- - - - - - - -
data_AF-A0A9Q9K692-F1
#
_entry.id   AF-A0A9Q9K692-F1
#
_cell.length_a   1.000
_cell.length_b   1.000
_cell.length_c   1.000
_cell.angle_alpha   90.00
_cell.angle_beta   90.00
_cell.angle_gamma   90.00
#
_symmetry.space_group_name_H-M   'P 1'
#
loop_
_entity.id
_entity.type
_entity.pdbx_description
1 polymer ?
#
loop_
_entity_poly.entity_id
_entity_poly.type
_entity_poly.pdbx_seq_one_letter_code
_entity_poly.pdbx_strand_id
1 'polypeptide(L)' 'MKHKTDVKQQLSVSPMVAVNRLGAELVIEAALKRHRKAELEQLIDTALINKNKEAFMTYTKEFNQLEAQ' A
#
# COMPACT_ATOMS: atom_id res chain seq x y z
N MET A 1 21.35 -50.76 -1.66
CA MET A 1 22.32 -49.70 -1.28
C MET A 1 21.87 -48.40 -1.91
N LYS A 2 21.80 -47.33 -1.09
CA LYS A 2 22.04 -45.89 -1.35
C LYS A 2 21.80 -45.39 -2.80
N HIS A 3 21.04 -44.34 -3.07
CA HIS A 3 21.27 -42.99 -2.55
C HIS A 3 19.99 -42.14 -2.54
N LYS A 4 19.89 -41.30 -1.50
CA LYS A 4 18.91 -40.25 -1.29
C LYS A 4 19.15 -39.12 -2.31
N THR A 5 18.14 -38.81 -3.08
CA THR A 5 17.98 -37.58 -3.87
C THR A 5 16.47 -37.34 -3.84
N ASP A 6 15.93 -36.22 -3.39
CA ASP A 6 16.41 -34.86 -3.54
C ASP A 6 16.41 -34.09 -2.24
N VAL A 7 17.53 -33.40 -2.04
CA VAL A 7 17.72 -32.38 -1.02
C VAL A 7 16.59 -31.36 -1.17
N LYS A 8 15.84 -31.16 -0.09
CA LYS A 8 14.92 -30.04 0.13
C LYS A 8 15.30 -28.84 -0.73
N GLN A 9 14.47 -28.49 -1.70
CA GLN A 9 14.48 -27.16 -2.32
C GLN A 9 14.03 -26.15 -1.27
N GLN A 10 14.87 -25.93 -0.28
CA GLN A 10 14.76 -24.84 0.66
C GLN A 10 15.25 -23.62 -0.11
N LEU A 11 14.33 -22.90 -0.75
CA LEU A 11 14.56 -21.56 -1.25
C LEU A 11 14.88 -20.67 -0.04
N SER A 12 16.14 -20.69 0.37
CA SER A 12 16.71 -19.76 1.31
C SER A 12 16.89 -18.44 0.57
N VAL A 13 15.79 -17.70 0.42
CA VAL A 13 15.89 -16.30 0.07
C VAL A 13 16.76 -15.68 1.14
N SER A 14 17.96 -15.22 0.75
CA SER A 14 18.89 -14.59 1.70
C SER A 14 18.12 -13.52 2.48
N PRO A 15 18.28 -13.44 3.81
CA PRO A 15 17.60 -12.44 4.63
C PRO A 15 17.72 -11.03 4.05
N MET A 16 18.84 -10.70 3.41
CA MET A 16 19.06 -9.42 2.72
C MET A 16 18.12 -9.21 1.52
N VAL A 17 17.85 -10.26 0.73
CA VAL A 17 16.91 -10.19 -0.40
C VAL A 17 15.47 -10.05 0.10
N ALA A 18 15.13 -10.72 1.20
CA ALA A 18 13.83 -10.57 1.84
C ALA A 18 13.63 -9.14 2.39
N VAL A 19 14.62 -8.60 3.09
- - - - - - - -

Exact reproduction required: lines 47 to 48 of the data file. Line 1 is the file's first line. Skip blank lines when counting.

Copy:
CA VAL A 7 17.72 -32.38 -1.02
C VAL A 7 16.59 -31.36 -1.17